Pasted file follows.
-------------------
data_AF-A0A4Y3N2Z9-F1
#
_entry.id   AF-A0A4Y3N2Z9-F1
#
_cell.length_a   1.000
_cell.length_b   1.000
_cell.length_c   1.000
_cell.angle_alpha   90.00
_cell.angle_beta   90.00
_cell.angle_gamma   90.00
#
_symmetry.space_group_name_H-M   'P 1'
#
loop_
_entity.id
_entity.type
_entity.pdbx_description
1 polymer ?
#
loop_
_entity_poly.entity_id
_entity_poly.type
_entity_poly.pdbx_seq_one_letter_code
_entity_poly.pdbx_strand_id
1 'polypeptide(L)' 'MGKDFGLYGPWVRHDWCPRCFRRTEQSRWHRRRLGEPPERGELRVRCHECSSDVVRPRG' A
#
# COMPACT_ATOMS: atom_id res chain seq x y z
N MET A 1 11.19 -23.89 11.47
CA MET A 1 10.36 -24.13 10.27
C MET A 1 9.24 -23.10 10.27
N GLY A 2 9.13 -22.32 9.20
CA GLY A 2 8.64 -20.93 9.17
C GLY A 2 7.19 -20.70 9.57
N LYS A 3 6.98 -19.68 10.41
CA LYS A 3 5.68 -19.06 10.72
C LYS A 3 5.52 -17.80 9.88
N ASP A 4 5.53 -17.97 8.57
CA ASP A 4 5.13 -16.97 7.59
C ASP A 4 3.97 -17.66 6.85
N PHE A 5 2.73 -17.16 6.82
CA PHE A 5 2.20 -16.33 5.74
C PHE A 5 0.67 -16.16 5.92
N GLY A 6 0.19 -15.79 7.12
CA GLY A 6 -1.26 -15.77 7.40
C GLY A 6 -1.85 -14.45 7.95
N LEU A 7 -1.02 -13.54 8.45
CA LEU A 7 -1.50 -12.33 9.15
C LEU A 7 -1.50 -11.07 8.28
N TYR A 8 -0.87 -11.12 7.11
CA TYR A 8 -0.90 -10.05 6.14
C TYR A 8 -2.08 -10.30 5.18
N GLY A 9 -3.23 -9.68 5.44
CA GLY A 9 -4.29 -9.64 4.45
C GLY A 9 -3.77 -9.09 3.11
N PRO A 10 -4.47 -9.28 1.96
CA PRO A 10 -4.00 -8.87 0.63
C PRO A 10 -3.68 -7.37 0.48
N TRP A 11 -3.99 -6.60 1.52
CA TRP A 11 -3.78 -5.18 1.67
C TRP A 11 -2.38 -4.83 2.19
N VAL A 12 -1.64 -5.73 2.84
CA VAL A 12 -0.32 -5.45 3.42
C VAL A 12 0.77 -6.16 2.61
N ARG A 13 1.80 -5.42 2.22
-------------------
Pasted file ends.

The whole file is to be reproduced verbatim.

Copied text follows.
data_AF-A0A4Y3N2Z9-F1
#
_entry.id   AF-A0A4Y3N2Z9-F1
#
_cell.length_a   1.000
_cell.length_b   1.000
_cell.length_c   1.000
_cell.angle_alpha   90.00
_cell.angle_beta   90.00
_cell.angle_gamma   90.00
#
_symmetry.space_group_name_H-M   'P 1'
#
loop_
_entity.id
_entity.type
_entity.pdbx_description
1 polymer ?
#
loop_
_entity_poly.entity_id
_entity_poly.type
_entity_poly.pdbx_seq_one_letter_code
_entity_poly.pdbx_strand_id
1 'polypeptide(L)' 'MGKDFGLYGPWVRHDWCPRCFRRTEQSRWHRRRLGEPPERGELRVRCHECSSDVVRPRG' A
#
# COMPACT_ATOMS: atom_id res chain seq x y z
N MET A 1 11.19 -23.89 11.47
CA MET A 1 10.36 -24.13 10.27
C MET A 1 9.24 -23.10 10.27
N GLY A 2 9.13 -22.32 9.20
CA GLY A 2 8.64 -20.93 9.17
C GLY A 2 7.19 -20.70 9.57
N LYS A 3 6.98 -19.68 10.41
CA LYS A 3 5.68 -19.06 10.72
C LYS A 3 5.52 -17.80 9.88
N ASP A 4 5.53 -17.97 8.57
CA ASP A 4 5.13 -16.97 7.59
C ASP A 4 3.97 -17.66 6.85
N PHE A 5 2.73 -17.16 6.82
CA PHE A 5 2.20 -16.33 5.74
C PHE A 5 0.67 -16.16 5.92
N GLY A 6 0.19 -15.79 7.12
CA GLY A 6 -1.26 -15.77 7.40
C GLY A 6 -1.85 -14.45 7.95
N LEU A 7 -1.02 -13.54 8.45
CA LEU A 7 -1.50 -12.33 9.15
C LEU A 7 -1.50 -11.07 8.28
N TYR A 8 -0.87 -11.12 7.11
CA TYR A 8 -0.90 -10.05 6.14
C TYR A 8 -2.08 -10.30 5.18
N GLY A 9 -3.23 -9.68 5.44
CA GLY A 9 -4.29 -9.64 4.45
C GLY A 9 -3.77 -9.09 3.11
N PRO A 10 -4.47 -9.28 1.96
CA PRO A 10 -4.00 -8.87 0.63
C PRO A 10 -3.68 -7.37 0.48
N TRP A 11 -3.99 -6.60 1.52
CA TRP A 11 -3.78 -5.18 1.67
C TRP A 11 -2.38 -4.83 2.19
N VAL A 12 -1.64 -5.73 2.84
CA VAL A 12 -0.32 -5.45 3.42
C VAL A 12 0.77 -6.16 2.61
N ARG A 13 1.80 -5.42 2.22